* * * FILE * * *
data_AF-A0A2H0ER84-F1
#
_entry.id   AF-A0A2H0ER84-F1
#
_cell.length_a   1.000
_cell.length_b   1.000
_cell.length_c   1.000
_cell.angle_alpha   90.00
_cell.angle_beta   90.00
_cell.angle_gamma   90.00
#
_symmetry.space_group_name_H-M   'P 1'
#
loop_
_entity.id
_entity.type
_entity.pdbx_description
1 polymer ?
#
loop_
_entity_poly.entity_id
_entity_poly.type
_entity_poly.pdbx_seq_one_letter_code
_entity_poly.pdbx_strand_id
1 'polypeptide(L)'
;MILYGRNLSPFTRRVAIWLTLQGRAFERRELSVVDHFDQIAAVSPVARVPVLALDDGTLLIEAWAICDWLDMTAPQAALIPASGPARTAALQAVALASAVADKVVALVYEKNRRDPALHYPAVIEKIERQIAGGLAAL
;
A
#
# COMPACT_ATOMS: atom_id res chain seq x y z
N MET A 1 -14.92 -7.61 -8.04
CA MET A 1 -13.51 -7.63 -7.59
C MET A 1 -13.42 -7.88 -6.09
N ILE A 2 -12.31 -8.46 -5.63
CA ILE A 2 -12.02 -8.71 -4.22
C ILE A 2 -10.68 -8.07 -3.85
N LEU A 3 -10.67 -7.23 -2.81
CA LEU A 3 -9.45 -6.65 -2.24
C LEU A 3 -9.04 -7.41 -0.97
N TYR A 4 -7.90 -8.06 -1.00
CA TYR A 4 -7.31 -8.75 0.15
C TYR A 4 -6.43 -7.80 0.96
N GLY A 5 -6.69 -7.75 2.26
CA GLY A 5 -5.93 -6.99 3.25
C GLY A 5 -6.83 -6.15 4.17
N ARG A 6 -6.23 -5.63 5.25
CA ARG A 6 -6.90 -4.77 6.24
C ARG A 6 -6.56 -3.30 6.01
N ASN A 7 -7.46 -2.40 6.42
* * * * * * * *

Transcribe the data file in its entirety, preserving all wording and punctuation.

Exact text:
data_AF-A0A2H0ER84-F1
#
_entry.id   AF-A0A2H0ER84-F1
#
_cell.length_a   1.000
_cell.length_b   1.000
_cell.length_c   1.000
_cell.angle_alpha   90.00
_cell.angle_beta   90.00
_cell.angle_gamma   90.00
#
_symmetry.space_group_name_H-M   'P 1'
#
loop_
_entity.id
_entity.type
_entity.pdbx_description
1 polymer ?
#
loop_
_entity_poly.entity_id
_entity_poly.type
_entity_poly.pdbx_seq_one_letter_code
_entity_poly.pdbx_strand_id
1 'polypeptide(L)'
;MILYGRNLSPFTRRVAIWLTLQGRAFERRELSVVDHFDQIAAVSPVARVPVLALDDGTLLIEAWAICDWLDMTAPQAALIPASGPARTAALQAVALASAVADKVVALVYEKNRRDPALHYPAVIEKIERQIAGGLAAL
;
A
#
# COMPACT_ATOMS: atom_id res chain seq x y z
N MET A 1 -14.92 -7.61 -8.04
CA MET A 1 -13.51 -7.63 -7.59
C MET A 1 -13.42 -7.88 -6.09
N ILE A 2 -12.31 -8.46 -5.63
CA ILE A 2 -12.02 -8.71 -4.22
C ILE A 2 -10.68 -8.07 -3.85
N LEU A 3 -10.67 -7.23 -2.81
CA LEU A 3 -9.45 -6.65 -2.24
C LEU A 3 -9.04 -7.41 -0.97
N TYR A 4 -7.90 -8.06 -1.00
CA TYR A 4 -7.31 -8.75 0.15
C TYR A 4 -6.43 -7.80 0.96
N GLY A 5 -6.69 -7.75 2.26
CA GLY A 5 -5.93 -6.99 3.25
C GLY A 5 -6.83 -6.15 4.17
N ARG A 6 -6.23 -5.63 5.25
CA ARG A 6 -6.90 -4.77 6.24
C ARG A 6 -6.56 -3.30 6.01
N ASN A 7 -7.46 -2.40 6.42